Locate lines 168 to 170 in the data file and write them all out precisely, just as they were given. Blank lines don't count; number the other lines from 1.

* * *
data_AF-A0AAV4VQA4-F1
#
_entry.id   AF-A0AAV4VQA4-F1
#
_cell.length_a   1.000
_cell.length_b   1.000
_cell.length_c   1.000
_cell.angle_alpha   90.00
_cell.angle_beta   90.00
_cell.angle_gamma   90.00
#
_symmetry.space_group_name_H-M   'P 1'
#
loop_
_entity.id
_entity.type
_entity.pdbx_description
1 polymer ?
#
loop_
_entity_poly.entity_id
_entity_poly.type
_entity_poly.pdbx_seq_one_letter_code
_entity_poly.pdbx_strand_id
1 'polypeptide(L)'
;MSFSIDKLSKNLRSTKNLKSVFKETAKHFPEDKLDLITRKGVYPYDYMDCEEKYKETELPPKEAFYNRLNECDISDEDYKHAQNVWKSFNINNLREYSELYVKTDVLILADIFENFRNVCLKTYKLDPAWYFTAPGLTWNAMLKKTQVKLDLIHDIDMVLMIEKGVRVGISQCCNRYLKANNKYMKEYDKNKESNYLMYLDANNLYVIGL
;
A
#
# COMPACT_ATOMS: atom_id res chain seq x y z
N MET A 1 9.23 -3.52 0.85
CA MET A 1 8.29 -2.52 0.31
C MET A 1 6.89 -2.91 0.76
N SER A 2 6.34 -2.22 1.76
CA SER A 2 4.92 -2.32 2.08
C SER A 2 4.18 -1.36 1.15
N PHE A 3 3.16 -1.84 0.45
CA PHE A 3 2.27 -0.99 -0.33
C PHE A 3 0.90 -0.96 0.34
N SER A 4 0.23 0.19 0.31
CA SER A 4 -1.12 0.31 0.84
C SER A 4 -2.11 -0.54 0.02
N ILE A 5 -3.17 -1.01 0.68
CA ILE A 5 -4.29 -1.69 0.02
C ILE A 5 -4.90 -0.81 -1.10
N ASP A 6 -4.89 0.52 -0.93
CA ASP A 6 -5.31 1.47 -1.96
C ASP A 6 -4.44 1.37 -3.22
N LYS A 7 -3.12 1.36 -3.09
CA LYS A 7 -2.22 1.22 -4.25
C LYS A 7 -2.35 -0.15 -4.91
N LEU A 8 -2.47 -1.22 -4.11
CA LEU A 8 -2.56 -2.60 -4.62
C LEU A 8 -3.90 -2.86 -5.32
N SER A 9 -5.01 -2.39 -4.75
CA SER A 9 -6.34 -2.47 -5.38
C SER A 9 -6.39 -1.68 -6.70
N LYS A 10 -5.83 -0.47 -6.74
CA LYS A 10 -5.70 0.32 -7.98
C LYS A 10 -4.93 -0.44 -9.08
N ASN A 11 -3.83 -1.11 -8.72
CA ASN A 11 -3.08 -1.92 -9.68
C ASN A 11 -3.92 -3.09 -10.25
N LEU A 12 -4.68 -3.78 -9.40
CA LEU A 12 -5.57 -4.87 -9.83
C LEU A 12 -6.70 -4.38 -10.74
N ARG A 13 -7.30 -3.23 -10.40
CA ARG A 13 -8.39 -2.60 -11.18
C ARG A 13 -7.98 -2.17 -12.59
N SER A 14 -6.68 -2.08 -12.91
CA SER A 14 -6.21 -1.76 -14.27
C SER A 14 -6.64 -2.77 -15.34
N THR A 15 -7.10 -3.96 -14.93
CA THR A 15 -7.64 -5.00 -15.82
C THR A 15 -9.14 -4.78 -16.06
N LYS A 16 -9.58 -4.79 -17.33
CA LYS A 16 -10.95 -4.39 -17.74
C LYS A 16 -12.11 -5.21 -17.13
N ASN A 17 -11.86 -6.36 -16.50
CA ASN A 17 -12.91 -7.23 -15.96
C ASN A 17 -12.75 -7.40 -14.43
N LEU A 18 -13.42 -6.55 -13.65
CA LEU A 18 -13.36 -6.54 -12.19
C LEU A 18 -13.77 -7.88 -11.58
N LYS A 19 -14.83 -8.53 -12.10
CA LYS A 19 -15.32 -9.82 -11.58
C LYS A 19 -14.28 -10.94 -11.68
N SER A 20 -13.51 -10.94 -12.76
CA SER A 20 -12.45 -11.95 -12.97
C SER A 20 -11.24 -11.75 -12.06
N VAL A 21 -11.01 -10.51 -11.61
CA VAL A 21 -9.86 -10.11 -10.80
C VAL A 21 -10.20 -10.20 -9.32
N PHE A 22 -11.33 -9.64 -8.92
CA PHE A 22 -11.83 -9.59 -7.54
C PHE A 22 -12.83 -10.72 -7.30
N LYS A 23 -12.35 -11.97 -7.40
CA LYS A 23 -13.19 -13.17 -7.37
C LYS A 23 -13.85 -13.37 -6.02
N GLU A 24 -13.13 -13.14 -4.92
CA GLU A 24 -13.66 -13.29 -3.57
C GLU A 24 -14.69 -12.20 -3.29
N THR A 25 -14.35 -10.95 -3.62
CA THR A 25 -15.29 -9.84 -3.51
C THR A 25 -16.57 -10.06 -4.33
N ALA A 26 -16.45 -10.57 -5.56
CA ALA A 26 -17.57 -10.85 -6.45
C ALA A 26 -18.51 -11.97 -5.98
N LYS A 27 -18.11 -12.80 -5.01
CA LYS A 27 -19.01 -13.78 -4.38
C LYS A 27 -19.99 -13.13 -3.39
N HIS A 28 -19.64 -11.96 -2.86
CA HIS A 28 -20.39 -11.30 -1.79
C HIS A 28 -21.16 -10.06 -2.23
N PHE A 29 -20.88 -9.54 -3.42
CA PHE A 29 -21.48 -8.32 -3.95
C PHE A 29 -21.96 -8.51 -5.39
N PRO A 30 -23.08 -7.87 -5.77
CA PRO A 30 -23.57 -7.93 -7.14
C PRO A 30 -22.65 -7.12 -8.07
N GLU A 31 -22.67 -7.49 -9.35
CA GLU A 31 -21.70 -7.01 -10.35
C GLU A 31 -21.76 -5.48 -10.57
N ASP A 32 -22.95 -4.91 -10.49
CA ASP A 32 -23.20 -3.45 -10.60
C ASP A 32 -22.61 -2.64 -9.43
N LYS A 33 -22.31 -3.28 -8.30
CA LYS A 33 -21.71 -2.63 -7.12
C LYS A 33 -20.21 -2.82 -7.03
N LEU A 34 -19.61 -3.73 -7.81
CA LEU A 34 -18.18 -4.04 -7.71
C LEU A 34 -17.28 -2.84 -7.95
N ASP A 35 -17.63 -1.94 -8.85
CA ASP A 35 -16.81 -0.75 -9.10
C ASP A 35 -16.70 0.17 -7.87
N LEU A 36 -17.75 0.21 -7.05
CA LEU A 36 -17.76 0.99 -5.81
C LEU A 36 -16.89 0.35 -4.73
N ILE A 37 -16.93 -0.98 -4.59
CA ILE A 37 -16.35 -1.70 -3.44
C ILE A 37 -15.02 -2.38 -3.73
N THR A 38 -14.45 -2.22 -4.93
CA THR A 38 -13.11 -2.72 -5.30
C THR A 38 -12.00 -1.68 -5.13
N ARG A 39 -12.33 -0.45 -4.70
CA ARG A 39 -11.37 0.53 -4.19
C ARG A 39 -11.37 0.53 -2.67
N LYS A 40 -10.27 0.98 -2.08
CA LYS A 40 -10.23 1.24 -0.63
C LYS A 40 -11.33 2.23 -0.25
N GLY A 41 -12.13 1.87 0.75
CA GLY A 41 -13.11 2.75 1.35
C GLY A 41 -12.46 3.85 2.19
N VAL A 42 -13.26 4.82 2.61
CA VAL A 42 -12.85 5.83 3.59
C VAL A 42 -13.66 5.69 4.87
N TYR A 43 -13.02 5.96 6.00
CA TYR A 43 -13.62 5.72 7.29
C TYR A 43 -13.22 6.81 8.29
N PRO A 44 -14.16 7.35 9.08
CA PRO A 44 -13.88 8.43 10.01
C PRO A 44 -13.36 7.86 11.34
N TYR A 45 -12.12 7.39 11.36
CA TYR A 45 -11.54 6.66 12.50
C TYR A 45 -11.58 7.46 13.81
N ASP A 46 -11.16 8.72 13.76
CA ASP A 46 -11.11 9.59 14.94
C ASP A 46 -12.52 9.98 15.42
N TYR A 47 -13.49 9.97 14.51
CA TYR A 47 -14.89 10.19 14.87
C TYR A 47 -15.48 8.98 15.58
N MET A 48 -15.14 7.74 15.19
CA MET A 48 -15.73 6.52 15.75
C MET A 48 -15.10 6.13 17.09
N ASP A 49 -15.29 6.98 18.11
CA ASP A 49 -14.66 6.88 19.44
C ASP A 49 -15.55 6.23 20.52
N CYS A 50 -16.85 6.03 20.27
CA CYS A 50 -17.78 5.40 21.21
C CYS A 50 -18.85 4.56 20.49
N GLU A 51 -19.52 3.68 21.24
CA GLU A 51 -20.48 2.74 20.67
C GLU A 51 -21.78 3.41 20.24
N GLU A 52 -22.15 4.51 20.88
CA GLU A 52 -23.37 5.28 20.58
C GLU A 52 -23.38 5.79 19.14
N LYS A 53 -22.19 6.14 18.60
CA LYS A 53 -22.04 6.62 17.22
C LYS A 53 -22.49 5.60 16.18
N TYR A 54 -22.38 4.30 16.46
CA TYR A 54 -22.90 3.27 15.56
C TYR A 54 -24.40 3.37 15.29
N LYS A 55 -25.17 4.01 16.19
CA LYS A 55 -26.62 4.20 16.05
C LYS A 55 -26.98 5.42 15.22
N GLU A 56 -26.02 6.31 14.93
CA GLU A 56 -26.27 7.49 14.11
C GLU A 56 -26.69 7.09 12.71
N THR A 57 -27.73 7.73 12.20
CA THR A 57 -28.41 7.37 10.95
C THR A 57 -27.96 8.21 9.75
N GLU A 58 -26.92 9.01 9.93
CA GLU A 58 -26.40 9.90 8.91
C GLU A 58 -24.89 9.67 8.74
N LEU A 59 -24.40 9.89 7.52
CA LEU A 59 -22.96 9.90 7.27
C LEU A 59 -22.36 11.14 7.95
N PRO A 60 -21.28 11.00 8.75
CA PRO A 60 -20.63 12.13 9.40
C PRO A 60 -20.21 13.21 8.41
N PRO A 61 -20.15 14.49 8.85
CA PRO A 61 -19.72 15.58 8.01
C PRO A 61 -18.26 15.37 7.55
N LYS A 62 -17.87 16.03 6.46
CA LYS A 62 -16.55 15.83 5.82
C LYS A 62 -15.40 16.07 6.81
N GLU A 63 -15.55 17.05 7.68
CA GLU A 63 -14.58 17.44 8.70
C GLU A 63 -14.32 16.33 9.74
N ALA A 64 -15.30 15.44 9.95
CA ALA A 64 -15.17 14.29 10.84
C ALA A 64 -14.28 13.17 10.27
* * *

C ASP A 46 -12.52 9.98 15.42
N TYR A 47 -13.49 9.97 14.51
CA TYR A 47 -14.89 10.19 14.87